Rupert has form - he even got Jonathan Ross flustered when he when he swore on his morning Radio 2 show. As a producer I am sure you would know this.

  • 13.
  • At 02:57 PM on 11 Aug 2007,
  • Simon Shaw wrote:

"It is not the first time Everett - currently to be heard voicing Prince Charming in animated sequel Shrek the Third - has caused upset on the BBC. Last September, Jonathan Ross was forced to apologise to listeners after Everett swore on his Radio Two programme. "

(from the BBC report linked to in the OP)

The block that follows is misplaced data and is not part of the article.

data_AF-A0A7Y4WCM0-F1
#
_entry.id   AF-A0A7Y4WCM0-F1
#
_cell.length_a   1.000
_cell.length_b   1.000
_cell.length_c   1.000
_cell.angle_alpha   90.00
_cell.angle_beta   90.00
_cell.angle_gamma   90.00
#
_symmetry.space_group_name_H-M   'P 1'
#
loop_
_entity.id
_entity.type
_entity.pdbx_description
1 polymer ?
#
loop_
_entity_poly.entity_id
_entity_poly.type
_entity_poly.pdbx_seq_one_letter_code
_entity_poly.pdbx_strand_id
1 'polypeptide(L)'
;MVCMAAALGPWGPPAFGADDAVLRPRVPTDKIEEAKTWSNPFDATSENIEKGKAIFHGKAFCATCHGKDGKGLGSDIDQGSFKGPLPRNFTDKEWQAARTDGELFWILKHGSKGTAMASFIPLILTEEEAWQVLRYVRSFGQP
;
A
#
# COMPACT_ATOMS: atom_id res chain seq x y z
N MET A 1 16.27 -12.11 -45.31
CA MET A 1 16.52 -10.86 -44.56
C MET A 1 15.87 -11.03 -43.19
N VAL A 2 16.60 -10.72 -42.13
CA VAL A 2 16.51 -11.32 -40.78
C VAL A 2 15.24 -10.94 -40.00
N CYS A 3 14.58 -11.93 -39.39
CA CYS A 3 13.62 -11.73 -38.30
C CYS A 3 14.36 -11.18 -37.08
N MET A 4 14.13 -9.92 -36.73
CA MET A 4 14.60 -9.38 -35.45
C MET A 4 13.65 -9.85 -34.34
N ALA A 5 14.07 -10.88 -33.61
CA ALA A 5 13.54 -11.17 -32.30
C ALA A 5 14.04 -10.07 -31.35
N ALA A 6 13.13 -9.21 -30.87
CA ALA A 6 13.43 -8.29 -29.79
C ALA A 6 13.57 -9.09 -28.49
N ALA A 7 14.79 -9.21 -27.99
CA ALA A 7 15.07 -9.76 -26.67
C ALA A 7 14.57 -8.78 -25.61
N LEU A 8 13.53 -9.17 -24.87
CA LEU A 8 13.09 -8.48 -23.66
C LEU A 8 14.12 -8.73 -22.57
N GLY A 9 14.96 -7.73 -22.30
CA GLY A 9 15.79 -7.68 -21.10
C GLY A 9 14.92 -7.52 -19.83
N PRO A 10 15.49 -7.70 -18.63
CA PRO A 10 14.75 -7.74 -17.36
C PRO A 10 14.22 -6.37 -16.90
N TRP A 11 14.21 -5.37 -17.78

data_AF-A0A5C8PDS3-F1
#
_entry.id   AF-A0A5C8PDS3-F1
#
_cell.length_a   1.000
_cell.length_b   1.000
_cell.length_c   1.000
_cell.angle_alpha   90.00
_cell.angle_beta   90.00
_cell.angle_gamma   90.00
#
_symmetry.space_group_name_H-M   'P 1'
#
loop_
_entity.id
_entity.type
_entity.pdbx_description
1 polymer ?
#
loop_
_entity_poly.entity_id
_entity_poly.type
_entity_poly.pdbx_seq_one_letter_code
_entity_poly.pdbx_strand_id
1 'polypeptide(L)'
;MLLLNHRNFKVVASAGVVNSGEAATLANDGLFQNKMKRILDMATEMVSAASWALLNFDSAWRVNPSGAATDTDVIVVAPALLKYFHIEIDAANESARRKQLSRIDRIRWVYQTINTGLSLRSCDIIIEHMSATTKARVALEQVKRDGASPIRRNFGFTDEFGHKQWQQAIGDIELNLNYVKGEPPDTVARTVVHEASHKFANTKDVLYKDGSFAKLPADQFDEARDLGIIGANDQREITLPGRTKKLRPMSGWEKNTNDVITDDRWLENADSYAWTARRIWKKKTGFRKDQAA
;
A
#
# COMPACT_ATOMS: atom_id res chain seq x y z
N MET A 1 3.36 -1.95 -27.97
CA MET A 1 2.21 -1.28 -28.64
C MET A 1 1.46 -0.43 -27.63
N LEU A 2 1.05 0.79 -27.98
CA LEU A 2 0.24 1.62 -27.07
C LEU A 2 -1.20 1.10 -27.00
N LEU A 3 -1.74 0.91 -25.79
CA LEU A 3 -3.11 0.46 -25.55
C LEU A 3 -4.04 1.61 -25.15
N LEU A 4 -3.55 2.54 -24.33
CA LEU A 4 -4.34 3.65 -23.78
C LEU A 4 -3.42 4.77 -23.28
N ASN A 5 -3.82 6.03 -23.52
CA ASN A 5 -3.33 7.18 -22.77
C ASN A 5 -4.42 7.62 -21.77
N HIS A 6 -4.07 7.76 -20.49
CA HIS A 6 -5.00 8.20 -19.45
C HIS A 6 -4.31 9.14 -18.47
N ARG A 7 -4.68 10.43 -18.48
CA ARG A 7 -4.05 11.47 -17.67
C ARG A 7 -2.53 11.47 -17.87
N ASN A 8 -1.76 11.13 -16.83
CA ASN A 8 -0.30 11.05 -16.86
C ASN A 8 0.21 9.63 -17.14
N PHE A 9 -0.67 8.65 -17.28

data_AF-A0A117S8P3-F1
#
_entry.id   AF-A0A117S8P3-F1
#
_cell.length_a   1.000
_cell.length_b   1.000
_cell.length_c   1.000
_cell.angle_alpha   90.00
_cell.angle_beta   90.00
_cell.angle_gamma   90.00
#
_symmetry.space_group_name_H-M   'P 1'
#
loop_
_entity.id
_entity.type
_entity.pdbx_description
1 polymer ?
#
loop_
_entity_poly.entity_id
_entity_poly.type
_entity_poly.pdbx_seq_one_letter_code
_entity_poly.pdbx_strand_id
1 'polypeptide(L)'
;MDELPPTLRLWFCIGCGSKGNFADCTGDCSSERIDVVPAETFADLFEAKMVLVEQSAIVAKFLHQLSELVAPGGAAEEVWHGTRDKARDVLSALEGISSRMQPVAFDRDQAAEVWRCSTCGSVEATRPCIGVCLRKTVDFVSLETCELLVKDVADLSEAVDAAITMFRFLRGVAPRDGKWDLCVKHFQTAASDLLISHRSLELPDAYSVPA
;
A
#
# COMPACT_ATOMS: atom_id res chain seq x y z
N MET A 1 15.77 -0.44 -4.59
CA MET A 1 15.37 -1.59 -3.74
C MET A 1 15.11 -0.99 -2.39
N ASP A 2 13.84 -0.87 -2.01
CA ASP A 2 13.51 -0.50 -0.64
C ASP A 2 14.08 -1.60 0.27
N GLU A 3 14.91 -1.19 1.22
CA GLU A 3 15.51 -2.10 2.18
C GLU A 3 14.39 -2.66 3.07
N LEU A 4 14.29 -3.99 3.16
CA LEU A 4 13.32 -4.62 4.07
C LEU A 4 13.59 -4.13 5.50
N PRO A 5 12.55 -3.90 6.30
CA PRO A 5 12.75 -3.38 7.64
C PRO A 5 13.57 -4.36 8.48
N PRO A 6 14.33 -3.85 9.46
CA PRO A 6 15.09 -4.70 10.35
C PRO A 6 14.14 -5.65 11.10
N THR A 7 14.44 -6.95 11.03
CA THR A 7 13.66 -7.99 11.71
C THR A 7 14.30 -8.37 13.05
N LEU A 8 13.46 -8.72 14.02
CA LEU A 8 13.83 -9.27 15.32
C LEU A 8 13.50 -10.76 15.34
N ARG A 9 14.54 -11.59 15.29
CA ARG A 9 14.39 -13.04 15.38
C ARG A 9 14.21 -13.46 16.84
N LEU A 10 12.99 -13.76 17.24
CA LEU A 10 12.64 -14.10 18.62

If Mr Everett does it a third time, will he be banned from the BBC?

  • 14.
  • At 11:00 AM on 12 Aug 2007,
  • Alan wrote:

I didn't see, but heard of, the incident. If I had seen it, much as everyone above, I probably wouldn't have realised it was an incident.

A complete over-reaction.

  • 15.
  • At 04:25 PM on 14 Aug 2007,
  • Amy P wrote:

I never expected to see such a fuss - honestly! What happened was clearly a slip of the tongue and it was indeed the presenters reactions that prevented it from passing by. Of course it was right to apologise, but surely the professional thing would have been to move swiftly on rather than draw further attention to it.